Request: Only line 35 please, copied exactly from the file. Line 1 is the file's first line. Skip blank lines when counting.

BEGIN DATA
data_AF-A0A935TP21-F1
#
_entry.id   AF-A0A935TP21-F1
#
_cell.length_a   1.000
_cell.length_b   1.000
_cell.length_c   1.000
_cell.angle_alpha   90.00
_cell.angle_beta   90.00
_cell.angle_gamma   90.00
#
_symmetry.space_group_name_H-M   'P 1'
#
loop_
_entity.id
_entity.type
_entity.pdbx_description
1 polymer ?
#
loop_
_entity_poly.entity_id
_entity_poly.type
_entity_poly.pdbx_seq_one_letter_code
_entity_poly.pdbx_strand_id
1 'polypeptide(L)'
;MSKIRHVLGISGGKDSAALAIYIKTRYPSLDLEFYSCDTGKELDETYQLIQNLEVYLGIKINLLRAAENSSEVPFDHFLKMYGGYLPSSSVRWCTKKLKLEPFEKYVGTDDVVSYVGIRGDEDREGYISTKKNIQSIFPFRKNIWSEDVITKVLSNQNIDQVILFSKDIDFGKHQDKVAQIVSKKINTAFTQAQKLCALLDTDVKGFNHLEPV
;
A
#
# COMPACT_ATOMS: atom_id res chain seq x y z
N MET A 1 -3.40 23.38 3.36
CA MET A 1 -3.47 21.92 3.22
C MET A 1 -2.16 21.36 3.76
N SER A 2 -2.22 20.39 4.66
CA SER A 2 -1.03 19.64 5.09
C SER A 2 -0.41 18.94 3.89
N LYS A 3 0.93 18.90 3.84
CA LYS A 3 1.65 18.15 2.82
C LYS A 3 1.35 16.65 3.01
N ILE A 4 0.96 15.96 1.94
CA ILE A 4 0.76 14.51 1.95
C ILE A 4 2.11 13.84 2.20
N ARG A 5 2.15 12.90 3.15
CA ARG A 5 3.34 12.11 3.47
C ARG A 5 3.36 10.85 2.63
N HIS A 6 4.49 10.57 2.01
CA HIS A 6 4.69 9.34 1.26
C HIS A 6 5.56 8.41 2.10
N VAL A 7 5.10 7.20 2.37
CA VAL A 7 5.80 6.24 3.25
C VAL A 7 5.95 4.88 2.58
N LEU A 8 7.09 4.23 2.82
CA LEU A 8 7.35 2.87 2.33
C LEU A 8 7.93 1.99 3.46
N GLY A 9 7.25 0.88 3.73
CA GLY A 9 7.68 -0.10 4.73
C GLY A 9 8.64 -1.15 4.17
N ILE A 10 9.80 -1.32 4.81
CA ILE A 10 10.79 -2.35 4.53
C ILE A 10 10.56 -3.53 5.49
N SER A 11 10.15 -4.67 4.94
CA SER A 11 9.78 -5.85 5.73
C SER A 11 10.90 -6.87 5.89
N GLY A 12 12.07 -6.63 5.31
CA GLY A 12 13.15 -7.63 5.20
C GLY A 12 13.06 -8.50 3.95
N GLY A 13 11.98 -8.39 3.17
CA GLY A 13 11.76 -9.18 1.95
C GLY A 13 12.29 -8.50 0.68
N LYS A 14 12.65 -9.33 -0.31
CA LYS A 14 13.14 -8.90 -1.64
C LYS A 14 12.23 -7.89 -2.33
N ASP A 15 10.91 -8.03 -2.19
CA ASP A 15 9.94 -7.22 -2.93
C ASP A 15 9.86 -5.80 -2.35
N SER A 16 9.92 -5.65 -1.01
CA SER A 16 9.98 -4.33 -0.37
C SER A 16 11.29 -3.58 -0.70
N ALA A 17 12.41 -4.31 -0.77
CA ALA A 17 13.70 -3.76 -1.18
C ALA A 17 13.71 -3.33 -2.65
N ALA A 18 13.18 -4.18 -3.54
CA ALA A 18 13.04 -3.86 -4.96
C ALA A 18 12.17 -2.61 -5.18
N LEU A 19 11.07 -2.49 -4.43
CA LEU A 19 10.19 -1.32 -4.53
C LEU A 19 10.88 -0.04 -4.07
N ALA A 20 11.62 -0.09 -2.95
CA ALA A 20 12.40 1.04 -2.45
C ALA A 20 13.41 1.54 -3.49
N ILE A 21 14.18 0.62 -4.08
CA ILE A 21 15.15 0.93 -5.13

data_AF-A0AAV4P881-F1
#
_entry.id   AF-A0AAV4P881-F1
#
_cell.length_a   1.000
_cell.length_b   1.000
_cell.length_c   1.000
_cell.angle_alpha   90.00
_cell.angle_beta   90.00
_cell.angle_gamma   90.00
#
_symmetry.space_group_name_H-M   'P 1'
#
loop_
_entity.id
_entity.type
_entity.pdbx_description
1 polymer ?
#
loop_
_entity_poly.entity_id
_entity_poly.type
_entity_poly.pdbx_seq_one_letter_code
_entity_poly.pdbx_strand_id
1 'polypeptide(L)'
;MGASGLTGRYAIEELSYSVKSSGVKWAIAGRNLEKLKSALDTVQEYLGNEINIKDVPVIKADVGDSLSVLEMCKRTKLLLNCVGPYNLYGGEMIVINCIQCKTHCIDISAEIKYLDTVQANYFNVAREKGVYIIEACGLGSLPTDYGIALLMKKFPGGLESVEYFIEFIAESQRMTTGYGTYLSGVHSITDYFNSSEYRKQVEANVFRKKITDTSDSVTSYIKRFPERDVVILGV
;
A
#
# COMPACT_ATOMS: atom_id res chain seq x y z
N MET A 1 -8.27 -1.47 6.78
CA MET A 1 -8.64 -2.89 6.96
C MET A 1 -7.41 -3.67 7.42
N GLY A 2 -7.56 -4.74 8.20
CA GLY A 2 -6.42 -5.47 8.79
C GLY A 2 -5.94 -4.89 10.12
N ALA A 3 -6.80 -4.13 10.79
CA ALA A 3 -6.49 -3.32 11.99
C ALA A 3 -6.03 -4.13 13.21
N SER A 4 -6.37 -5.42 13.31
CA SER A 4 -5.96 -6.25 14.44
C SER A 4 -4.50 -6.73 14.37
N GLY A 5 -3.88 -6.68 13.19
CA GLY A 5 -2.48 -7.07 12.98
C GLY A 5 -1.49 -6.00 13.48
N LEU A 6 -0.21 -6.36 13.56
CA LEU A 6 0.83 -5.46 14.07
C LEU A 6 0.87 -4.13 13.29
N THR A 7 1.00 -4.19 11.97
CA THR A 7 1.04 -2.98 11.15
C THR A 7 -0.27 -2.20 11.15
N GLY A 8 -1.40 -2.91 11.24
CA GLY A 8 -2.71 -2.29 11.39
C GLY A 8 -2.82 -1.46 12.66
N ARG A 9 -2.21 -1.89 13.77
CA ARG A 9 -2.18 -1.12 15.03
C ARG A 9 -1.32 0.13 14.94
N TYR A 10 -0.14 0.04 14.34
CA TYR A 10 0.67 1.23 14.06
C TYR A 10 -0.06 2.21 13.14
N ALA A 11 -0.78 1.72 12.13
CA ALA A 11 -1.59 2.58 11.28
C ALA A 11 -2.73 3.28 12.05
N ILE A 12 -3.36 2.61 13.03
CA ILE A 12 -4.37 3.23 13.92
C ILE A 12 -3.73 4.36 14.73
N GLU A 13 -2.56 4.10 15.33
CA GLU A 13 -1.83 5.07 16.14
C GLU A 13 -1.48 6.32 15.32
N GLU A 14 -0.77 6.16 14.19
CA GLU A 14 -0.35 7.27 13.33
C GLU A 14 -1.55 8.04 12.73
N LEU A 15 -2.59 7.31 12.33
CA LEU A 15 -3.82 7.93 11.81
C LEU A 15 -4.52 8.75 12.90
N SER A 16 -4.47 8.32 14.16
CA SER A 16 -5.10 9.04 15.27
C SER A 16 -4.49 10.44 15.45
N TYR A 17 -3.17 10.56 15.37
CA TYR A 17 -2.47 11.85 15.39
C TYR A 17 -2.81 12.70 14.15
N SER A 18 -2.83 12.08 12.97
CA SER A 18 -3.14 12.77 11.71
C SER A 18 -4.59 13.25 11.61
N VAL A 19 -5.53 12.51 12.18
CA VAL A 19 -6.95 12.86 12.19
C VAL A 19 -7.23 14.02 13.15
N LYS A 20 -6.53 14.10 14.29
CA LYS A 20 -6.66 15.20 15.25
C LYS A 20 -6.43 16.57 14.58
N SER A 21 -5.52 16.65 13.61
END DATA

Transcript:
CA SER A 2 -1.03 19.64 5.09